Kenya commemorates World No-Tobacco Day

WR Kenya Dr Rudi Eggers receives a copy of the National guidelines for Tobacco Dependence Treatment & Cessation from Dr Patrick Amoth, MOH, while others look on WR Kenya Dr Rudi Eggers receives a copy of the National guidelines for Tobacco Dependence Treatment & Cessation from Dr Patrick Amoth, MOH, while others look on

May 31 2017 - The World No-Tobacco Day in Kenya was marked with calls for effective policies, reduced exposure and tightening of loopholes to combat tobacco consumption. Speakers particularly emphasized on the theme, “Tobacco- a threat to Development” and on health and other risks associated with tobacco consumption.

The day was also observed with the launch of the National guidelines for Tobacco Dependence Treatment and Cessation which will provide guidance for intervention in healthcare services.

In an address in Nairobi, Dr Patrick Amoth, the head Inter-governmental Relations Unit, MOH, said the reality of tobacco use in Kenya was a great threat because of its health, social, economic and environmental consequences on all populations. He was holding brief for Mr Julius Korir, the Principal Secretary Ministry of Health.

He said tobacco was one of the four risk factors which are associated with the rising burden of Non-communicable diseases, NCDs, in the country. These diseases burdened the health system but also led to high productivity costs to the economy. It is estimated that more than 50% of the hospital admissions are due to NCDs.

He said the theme - “Tobacco- a threat to Development” - was timely in that it reaffirmed the need to look at the tobacco control through a whole-society approach and not just as a health issue.

“It is also a call for us to examine more keenly the role of tobacco on projected poverty and development” he added.

Recent surveys show that:

  • 24% of Kenyans are exposed to tobacco smoke at home
  • 13.3% Adults overall (23.9% Males And 4.1% Females) are current tobacco users-(STEPs Survey)
  • 9.9% Youth overall (12.8% Males And 6.7% Females) are current tobacco users (GYTS)

Speaking at the commemoration, WHO Kenya Representative Dr Rudi Eggers said the tobacco epidemic was one of the biggest public health threats and was one of the major barriers to sustainable development with widespread impacts on health, economic growth, environment, education, finance and governance. It brought suffering, disease, death and impoverished families and strained national economies, he added.

“Tobacco is a threat to every person regardless of gender, age, race, cultural or educational background and is unfortunately a threat even if you do not smoke tobacco yourself,” he said.

“Just being in the presence of tobacco smoke may put you at risk.”

In Africa, about 146,000 adults aged 30 years and above died every year from tobacco-related diseases, he said, adding that up to half of all tobacco users would die prematurely from tobacco-related causes. On average, tobacco users lose 15 years of life making tobacco use one of the leading preventable risk factors for non-communicable diseases such as cardiovascular diseases, cancer, chronic lung diseases and diabetes.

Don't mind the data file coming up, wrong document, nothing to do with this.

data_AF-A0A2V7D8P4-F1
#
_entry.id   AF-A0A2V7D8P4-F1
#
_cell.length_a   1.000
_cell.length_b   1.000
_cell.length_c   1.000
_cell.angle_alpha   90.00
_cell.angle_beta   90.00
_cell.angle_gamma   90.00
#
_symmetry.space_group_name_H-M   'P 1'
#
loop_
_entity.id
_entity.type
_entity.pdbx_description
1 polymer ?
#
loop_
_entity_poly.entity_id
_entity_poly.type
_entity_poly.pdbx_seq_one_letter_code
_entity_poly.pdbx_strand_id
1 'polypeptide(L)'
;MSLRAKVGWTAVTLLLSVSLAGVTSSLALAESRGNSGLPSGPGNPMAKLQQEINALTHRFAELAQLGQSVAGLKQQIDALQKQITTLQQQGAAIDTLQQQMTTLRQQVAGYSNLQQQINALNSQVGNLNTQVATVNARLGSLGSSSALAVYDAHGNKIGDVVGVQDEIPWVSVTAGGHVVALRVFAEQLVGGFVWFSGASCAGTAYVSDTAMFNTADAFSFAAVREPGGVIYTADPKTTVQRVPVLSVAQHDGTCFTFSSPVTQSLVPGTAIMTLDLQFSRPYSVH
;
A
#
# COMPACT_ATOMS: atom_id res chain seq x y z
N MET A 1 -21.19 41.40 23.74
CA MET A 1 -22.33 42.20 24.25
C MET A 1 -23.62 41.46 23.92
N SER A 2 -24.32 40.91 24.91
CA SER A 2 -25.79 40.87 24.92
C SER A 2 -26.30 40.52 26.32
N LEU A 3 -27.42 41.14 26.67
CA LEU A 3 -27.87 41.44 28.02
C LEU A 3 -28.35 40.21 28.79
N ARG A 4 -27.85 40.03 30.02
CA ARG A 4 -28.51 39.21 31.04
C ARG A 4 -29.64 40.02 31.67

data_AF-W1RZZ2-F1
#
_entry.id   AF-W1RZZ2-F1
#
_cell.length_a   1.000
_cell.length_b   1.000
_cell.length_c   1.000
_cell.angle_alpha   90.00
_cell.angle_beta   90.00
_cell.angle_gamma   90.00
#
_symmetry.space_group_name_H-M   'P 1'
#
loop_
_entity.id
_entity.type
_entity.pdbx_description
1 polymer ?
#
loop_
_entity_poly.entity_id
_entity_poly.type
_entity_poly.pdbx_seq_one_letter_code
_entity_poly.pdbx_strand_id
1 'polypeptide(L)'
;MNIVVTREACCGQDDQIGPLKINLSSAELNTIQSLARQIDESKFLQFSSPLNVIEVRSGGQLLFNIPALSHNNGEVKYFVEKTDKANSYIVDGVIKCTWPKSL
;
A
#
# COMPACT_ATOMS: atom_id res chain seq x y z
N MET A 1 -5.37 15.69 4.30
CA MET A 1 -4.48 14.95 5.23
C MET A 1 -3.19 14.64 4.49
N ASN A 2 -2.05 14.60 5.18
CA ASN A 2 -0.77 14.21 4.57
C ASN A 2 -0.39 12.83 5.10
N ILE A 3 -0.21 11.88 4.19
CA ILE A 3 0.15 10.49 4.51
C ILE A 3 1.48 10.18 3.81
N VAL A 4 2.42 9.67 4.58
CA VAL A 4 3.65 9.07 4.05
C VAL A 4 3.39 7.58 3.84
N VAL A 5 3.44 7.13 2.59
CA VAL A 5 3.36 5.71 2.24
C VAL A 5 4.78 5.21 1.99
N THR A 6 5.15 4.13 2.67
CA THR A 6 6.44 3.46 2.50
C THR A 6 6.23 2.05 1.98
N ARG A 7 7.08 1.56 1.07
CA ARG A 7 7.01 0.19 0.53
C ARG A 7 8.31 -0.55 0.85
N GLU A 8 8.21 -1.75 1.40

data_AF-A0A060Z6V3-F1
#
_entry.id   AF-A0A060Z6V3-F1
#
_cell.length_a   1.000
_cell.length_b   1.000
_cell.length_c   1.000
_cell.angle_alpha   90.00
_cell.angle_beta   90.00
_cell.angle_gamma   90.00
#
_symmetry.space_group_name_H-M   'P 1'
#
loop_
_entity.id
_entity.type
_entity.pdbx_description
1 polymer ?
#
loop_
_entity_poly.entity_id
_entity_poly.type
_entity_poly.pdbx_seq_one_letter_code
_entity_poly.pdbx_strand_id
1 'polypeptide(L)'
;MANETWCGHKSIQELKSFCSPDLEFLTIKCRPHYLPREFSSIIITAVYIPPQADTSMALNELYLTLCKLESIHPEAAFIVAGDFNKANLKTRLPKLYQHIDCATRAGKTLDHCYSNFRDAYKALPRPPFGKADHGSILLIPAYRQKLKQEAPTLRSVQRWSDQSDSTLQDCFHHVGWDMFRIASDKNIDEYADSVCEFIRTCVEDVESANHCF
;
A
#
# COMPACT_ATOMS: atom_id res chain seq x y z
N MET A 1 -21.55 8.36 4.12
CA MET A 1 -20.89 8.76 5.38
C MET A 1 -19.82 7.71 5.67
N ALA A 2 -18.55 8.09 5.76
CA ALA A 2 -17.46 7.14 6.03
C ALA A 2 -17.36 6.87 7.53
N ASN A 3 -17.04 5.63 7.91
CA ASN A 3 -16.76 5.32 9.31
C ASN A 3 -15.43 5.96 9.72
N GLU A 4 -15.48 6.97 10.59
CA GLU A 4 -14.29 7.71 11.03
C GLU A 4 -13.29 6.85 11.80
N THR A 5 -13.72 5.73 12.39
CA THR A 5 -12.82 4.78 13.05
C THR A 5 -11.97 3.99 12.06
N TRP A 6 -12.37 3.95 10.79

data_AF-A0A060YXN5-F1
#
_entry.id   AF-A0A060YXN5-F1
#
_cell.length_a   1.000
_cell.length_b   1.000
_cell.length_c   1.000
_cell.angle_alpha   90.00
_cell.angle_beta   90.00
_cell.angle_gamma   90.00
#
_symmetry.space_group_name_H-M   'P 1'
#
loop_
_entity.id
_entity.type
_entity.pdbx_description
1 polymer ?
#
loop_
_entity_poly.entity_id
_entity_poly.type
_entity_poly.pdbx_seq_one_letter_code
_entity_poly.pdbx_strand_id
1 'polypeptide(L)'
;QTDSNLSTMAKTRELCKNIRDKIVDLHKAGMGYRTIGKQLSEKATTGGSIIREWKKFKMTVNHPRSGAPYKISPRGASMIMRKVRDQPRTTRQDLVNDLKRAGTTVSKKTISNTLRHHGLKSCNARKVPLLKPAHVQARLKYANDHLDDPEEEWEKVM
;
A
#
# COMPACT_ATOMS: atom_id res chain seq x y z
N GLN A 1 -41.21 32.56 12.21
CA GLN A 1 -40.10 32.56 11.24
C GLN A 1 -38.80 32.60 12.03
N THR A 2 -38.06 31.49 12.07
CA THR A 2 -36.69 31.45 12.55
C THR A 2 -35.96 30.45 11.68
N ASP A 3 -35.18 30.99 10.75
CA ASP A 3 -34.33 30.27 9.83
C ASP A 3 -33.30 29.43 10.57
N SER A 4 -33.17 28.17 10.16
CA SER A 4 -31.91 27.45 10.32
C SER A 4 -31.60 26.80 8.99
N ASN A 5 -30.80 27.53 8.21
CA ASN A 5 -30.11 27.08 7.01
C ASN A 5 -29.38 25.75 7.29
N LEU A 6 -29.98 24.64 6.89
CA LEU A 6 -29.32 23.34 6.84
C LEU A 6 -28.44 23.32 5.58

He called for effective policies to reduce consumption including control of illicit trade in tobacco products and through increase of taxes and prices, which was an effective proven tool for reducing the demand for tobacco. The WHO Framework Convention on Tobacco (WHO FCTC) was the world’s most powerful tool to tackle tobacco’s negative impact on development, he added.

“This will discourage consumption and improve the health of people and communities and the burden of the disease and death,’’ he added.

 He urged the government to reinforce its efforts towards tobacco control towards the 2030 Agenda of Sustainable development so “no one is left behind”.  Implementation of the launched National Guidelines on Tobacco Dependence Treatment and Cessation would also help improve the development agenda of the country and a healthier citizenry, he said.

Expounding on the theme, Dr Gladwell Gathecha, Deputy Head at the NCDs Division said tobacco consumption had contributed to ill health (SDG goal 3) and affected all the Sustainable Development Goals meant to improve the health of populations. It affected the land and soil on which it is grown leading to degradation, increased poverty, societal inequalities and denied communities better alternatives like good education, better wages and profits which end up in the West.

The event was also addressed by Mr. Joel Gitali, the chairman of Kenya Tobacco Control Alliance who said despite the progress made in tobacco control, more support for farmers to quit growing tobacco and consistency by government to sustain what has so far been achieved was required.

It was also attended by various stakeholders.

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For more information, please :

01. WR Kenya Dr Rudi Eggers receives a copy of the National guidelines for Tobacco Dependence Treatment & Cessation from Dr Patrick Amoth, MOH, while others look on

02. Participants at the WNTD 2017 commemoration

03. Mr Joel Gitali, the chairman of Kenya Tobacco Control Alliance speaking at the event

04. Dr Rudi Eggers, WR Kenya makes his remarks in which he calls for effective policies to reduce tobacco consumption

05. Dr Patrick Amoth, MOH, key speaker at the  WNTD event in Kenya

06. Dr Gladwell Gathecha, MOH, outlines the harmful effects of tobacco consumption at the event

Kenya